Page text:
In an unusual diplomatic move, Japan may ask the United States during an upcoming bilateral summit to return to UNESCO as soon as possible, government sources said Saturday.

Prime Minister Junichiro Koizumi, who took office in late April, and U.S. President George W. Bush, who was inaugurated in January, will hold their first meeting at Camp David, Md., on June 30.

The U.S. bolted from the Paris-based United Nations Educational, Scientific and Cultural Organization at the end of 1984 under the Republican administration of President Ronald Reagan, citing mismanagement and other problems. Britain followed suit in 1985 but later rejoined the organization.

The government is considering having Koizumi ask Bush to return to UNESCO as soon as possible, although no final decision has been made on the matter, the sources said.

Japan has adopted a policy of pursuing necessary reforms within the UNESCO framework rather than following the U.S. example. Although Japan has long advocated a U.S. return to the body, the issue has not been raised at previous bilateral summits.

“Many of the problems the U.S. cited when it bolted from UNESCO have already been resolved,” one government source said. “It is quite unnatural for a big power like the U.S. to remain outside such a very important international organization as UNESCO.

“The upcoming Japan-U.S. summit may be a good opportunity for Japan to demonstrate the importance it places on getting the U.S. back to UNESCO.”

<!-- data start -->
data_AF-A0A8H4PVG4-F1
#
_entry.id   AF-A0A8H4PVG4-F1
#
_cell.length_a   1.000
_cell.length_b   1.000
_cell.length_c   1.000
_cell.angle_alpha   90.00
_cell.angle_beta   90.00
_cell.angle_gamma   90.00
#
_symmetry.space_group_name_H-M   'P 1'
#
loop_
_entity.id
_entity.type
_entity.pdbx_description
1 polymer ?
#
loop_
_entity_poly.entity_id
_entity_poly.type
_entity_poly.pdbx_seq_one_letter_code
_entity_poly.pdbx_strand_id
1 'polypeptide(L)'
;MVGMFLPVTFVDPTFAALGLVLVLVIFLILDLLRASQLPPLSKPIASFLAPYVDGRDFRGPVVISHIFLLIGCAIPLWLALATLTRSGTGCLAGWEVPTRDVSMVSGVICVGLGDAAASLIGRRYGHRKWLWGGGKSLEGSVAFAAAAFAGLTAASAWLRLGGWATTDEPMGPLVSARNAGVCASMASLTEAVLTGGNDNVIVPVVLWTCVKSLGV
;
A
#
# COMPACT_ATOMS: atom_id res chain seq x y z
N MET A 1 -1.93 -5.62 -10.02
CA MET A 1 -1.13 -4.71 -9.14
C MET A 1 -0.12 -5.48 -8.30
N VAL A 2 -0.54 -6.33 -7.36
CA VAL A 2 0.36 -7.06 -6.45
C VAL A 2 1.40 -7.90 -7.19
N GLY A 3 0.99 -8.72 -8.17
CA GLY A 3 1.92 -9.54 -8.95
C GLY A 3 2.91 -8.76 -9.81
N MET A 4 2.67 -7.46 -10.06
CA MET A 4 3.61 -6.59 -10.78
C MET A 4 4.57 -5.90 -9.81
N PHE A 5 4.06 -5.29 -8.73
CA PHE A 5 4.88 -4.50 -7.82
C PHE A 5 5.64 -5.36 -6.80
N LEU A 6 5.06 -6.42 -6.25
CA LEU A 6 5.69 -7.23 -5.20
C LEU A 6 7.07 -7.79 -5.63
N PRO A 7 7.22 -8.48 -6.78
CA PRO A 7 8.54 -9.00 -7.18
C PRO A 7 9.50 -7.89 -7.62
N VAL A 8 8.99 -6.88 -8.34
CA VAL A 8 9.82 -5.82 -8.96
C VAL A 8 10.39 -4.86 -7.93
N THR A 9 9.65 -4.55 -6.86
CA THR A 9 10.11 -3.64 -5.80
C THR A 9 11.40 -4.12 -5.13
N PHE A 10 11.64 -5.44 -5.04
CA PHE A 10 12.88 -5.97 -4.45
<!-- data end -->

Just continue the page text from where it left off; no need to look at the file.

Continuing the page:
The possible request is largely to support UNESCO Director General Koichiro Matsuura’s efforts to reform the body. Matsuura, a former Japanese ambassador to France, was elected to the top UNESCO post in the autumn of 1999.

Japanese government officials also believe the time may be ripe for the request as the U.S. House of Representatives recently passed by an overwhelming majority a State Department budget authorization bill containing spending for UNESCO.

The bilateral security alliance and the state of the Japanese economy are expected to top the agenda at the first meeting between Koizumi and Bush.

The Kyoto Protocol on curbing global warming, which was adopted at the end of 1997 in the Japanese city, is also expected to be discussed. The meeting will come three months after the Bush administration stunned the international community by announcing a decision to effectively withdraw from the protocol.

“By deciding to return to UNESCO, the Bush administration would be able to recover some of its international image and credibility damaged by its stance on the global warming issue,” a senior government official said, asking that he not be named.

In a time of both misinformation and too much information, quality journalism is more crucial than ever.
By subscribing, you can help us get the story right.